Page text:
ALBUQUERQUE, N.M. (AP) — Going a step beyond federal guidance, New Mexico Gov. Michelle Lujan Grisham said Wednesday that she believes being fully vaccinated means three shots and she pushed for all adults in her state who are eligible to get their boosters.

She made the comments during a virtual pandemic briefing, citing the increasing number of COVID-19 infections among residents who received their vaccinations more than six months ago.

Some cities and states already allow all adults to get boosters of Pfizer’s vaccine, but it is not yet official U.S. policy. In the last week, California, New Mexico, Arkansas, West Virginia and Colorado expanded the shots to all adults. New York City made a similar move.

State health officials have been concerned about waning immunity and the role it has played in the recent increase in cases. The latest state data shows nearly 29% of infections confirmed over the last four weeks were among the vaccinated. Still, unvaccinated people make up higher percentage of those who are hospitalized or die from the virus.

The Democratic governor, who is running for reelection, blamed the unvaccinated for the ongoing pandemic but later acknowledged that the vaccinated can also contract and spread the virus. She said those who do often have only mild symptoms and don’t end up in the hospital.

“We know vaccinations are the most effective tool to both blunting the spread of the virus and to protecting ourselves and our families,” she said. “So we are analyzing what we can do to create those incentives — and potentially mandates — for making sure that people are fully vaccinated, which means three vaccines.”

Health and Human Services Secretary Dr. David Scrase said discussions are underway about changing the definition of what it means to be fully vaccinated and that he expects a new public health order to be rolled out in the coming weeks.

That will mean some policy changes for hospitals and state agencies since Lujan Grisham already has mandated vaccinations for health care workers, educators, other school personnel and all state workers.

Some employers, such as Los Alamos National Laboratory, also imposed mandates in recent months for workers to be “fully vaccinated.”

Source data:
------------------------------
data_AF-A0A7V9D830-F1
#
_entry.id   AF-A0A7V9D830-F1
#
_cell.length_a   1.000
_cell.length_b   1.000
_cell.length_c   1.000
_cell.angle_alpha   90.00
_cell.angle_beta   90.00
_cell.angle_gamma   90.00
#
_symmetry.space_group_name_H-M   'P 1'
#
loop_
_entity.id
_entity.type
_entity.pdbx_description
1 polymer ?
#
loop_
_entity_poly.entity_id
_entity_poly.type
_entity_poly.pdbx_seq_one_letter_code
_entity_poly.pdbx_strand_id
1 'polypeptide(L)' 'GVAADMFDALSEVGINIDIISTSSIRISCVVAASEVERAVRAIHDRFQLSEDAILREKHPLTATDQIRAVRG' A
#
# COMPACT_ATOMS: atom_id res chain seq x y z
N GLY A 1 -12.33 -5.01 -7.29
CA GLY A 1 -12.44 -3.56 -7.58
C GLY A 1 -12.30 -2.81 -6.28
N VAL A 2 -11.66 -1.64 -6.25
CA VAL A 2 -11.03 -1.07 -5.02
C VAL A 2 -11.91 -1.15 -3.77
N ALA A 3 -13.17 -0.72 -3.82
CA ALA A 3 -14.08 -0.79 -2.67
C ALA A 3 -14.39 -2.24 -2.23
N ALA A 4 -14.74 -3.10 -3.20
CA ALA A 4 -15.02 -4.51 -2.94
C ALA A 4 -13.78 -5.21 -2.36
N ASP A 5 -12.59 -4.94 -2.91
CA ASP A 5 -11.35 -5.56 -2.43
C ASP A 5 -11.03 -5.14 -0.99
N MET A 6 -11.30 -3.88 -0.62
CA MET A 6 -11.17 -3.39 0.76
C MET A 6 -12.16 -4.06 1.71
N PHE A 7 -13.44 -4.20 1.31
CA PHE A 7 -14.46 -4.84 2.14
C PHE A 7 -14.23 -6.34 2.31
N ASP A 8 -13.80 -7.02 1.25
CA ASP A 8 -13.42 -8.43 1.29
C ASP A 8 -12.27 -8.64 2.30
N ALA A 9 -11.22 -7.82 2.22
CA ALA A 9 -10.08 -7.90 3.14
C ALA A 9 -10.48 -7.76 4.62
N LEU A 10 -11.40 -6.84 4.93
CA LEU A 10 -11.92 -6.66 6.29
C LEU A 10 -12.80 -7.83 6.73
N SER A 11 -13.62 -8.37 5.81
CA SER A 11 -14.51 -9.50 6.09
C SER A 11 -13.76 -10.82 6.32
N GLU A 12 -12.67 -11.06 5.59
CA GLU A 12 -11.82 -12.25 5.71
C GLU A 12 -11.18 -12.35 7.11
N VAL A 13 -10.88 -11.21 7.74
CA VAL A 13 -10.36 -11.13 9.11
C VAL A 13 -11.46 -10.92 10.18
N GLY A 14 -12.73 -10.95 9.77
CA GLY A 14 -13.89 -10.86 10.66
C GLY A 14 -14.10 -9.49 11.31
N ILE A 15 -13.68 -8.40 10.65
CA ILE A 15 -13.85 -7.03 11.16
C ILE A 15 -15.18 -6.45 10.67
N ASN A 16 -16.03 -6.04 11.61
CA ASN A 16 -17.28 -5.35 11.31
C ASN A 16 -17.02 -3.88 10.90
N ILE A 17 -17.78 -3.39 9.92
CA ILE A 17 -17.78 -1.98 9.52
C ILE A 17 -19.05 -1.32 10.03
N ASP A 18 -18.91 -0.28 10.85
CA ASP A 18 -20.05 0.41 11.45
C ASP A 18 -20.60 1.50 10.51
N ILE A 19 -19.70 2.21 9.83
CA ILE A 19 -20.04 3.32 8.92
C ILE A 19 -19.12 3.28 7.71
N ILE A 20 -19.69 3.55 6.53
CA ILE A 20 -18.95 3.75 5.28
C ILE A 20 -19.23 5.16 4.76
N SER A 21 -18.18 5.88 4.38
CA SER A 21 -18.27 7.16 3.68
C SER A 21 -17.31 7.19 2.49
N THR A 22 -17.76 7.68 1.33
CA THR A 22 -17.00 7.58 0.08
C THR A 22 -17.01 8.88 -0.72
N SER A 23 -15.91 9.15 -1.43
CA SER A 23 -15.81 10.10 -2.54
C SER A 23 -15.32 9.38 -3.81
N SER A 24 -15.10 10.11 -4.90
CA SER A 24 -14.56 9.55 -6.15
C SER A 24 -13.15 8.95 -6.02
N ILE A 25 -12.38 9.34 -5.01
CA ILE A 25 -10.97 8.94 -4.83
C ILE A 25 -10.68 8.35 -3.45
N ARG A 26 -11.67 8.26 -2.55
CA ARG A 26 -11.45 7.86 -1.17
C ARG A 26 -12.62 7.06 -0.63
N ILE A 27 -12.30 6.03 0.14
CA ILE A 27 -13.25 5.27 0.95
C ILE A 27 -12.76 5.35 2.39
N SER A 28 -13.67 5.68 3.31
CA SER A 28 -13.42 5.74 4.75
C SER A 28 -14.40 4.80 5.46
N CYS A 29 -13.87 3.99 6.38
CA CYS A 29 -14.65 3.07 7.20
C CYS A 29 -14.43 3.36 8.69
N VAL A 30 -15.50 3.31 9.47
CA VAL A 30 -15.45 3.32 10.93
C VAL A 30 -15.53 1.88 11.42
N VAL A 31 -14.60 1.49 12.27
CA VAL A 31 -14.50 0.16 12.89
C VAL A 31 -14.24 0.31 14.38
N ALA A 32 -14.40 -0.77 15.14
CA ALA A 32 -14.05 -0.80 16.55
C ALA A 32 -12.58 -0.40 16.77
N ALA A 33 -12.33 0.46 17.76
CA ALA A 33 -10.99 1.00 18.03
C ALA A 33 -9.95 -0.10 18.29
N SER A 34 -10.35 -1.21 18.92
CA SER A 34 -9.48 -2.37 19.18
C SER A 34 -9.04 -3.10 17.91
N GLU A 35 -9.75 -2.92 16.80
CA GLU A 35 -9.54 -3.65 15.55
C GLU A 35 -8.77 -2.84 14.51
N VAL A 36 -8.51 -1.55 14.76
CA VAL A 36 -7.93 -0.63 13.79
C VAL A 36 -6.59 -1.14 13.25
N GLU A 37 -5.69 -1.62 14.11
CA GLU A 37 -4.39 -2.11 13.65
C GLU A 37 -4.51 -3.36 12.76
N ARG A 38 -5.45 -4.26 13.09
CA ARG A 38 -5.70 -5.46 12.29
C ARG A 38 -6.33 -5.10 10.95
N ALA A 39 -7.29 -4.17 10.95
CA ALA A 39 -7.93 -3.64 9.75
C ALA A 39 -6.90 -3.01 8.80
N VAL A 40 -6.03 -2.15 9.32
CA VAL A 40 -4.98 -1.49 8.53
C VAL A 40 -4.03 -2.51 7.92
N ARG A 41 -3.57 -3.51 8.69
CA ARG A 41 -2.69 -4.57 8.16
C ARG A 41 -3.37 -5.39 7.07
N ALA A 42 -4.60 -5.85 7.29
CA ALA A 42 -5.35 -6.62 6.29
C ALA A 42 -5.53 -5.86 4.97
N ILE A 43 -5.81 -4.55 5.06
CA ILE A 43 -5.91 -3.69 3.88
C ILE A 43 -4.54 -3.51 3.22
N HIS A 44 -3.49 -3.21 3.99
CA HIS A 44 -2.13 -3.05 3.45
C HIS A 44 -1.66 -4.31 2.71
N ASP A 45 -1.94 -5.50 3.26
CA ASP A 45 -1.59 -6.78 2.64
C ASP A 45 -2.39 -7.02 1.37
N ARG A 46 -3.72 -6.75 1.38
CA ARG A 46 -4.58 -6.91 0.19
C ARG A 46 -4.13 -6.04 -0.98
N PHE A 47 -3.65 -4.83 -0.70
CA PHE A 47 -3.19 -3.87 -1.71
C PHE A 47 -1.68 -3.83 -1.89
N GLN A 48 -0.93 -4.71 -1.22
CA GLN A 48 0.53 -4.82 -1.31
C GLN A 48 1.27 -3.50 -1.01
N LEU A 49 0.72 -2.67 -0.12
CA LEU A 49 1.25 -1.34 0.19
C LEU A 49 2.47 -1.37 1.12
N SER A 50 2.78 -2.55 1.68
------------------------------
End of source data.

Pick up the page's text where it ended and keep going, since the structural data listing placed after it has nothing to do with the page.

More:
Officials said it’s still too early to say whether COVID-19 vaccinations will be required for school children. They’re expecting more data on children to be available by the summer that could help in the decision-making process.

Scrase said many health care workers already were in line when boosters were announced so he’s confident that the rate of uptake among that group will be high. He also noted that those workers who got vaccinated at the last minute to keep their jobs would have at least another six months to consider getting boosters — or two months if they received the Johnson & Johnson shot.

Nearly 74% of New Mexico adults are considered fully vaccinated under the current definition. Data released during the briefing showed more than 292,000 booster doses have been administered in the state since Aug. 1. Officials said that puts New Mexico’s administration of boosters ahead of the national average.

The U.S. recommends boosters for people who initially received their second Pfizer or Moderna shots at least six months ago if they’re 65 or older or are at high risk of COVID-19 because of health problems or their job or living conditions. Boosters are also recommended for people who received the single-dose Johnson & Johnson vaccine at least two months ago.

Officials said Lujan Grisham made the decision this week to make boosters accessible to all adults because the state is considered “high risk” given the rates of spread being reported statewide. In two counties — De Baca and San Juan — more than 22% of tests during the past two weeks were positive.

State officials also vowed not to let up with testing, saying it’s a valuable tool that helps with tracking the virus.

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